But these dismissive judgments just made me dig my heels in even more. Usually I’m pretty placid and patient about things, but I don’t know, even in my naive new-mommy-to-be state, I somehow sensed that my decision to breastfeed was IMPORTANT and something I should stick to.

And, I quickly learned, it wasn’t easy. Due to some complications on my end, C. was whisked to the NICU within a minute or two of being born. I left the hospital before he did. Not ideal in any situation, but certainly not for an emotional, hormonal new mom who didn’t know how to do much of anything and who was completely overwhelmed by the thought that I was the sole provider of nutrition to this sweet, precious newborn. I quickly learned about the importance of hospital-grade breast pumps and football holds and the value of a Boppy.

Somehow though, we made it through. And for that, every day I am grateful.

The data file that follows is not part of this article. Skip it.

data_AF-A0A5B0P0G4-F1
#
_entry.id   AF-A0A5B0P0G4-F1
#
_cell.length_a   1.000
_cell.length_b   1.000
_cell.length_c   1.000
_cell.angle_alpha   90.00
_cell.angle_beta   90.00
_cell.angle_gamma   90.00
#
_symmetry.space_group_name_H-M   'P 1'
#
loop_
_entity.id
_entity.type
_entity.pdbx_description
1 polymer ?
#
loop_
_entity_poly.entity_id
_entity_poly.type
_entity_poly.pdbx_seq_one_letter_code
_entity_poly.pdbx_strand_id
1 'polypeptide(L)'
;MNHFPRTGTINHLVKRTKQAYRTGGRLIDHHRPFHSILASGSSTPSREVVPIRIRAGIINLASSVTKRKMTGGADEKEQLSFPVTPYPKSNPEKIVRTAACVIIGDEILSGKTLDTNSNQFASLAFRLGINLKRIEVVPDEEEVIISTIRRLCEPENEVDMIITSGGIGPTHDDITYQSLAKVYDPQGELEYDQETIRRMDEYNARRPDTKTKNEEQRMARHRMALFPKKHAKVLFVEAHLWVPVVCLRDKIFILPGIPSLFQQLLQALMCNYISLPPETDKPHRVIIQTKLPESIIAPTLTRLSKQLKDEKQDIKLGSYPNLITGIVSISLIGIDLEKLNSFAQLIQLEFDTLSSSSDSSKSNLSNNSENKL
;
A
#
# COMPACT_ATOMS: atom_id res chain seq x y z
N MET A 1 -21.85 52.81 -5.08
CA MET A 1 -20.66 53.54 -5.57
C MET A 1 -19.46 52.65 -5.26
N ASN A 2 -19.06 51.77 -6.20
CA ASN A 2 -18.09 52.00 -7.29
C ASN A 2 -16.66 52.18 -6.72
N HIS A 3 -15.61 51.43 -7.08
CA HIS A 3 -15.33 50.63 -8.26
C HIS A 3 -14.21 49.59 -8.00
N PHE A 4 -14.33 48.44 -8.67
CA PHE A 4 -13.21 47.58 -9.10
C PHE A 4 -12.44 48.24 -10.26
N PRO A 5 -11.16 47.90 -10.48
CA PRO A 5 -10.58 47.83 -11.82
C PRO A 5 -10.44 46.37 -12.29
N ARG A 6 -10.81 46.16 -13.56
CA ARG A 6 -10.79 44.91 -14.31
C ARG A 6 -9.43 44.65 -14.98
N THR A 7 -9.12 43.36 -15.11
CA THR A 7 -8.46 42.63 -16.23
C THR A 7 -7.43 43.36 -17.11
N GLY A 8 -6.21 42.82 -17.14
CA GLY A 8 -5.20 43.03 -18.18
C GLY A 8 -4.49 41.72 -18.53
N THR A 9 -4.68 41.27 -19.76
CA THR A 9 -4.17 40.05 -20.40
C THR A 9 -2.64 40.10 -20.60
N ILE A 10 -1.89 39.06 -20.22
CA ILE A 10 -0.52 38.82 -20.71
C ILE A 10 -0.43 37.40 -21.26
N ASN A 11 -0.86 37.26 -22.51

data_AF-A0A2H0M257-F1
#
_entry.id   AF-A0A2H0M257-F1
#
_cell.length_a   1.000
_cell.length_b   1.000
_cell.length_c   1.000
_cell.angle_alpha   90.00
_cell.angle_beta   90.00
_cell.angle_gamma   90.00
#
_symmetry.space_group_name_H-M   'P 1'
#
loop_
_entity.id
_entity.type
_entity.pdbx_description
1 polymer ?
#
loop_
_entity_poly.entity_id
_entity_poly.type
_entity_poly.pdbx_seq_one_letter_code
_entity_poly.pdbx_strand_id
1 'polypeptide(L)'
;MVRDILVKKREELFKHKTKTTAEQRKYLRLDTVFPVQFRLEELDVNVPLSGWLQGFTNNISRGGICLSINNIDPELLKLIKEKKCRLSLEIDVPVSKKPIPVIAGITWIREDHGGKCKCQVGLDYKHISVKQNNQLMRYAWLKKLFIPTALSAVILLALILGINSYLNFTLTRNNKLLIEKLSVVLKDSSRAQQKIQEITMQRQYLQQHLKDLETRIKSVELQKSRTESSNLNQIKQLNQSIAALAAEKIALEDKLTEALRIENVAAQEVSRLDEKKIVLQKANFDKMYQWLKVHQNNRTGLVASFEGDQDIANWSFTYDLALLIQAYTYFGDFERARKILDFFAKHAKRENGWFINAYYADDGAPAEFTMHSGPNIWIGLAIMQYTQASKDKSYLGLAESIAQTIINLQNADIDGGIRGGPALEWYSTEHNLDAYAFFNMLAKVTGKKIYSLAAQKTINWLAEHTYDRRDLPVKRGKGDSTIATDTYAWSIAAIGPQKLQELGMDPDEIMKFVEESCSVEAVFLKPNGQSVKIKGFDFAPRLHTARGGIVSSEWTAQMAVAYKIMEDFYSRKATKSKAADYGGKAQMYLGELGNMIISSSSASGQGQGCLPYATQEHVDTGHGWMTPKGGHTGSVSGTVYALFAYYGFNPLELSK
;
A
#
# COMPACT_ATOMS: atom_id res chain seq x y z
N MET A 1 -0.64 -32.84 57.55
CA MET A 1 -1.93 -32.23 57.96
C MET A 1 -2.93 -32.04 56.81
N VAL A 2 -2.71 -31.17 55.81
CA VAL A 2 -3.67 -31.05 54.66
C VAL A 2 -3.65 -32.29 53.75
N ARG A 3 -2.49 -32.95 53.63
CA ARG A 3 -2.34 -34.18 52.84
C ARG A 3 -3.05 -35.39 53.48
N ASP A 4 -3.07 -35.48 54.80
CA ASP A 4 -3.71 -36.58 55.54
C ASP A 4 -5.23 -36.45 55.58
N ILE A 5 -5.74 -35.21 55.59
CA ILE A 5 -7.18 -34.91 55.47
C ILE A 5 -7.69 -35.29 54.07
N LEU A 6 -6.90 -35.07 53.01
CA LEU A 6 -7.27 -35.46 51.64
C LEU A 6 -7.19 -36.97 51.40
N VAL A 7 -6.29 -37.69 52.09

As it turns out, breastfeeding is something that I’m awesome at — a marvel to me, a person who normally has absolutely no control over my body.

I cannot catch a ball, nor can I throw one or hit one with a bat (or golf club, or tennis racket). I’m not ashamed to say that I’m the “girl” they are talking about when people make derogatory remarks about someone’s physical ability.  My dancing moves would embarrass Elaine Benes. When I used to wrangle my way out of gym class in high school, my fellow students sighed in relief. I was never able to turn a cartwheel.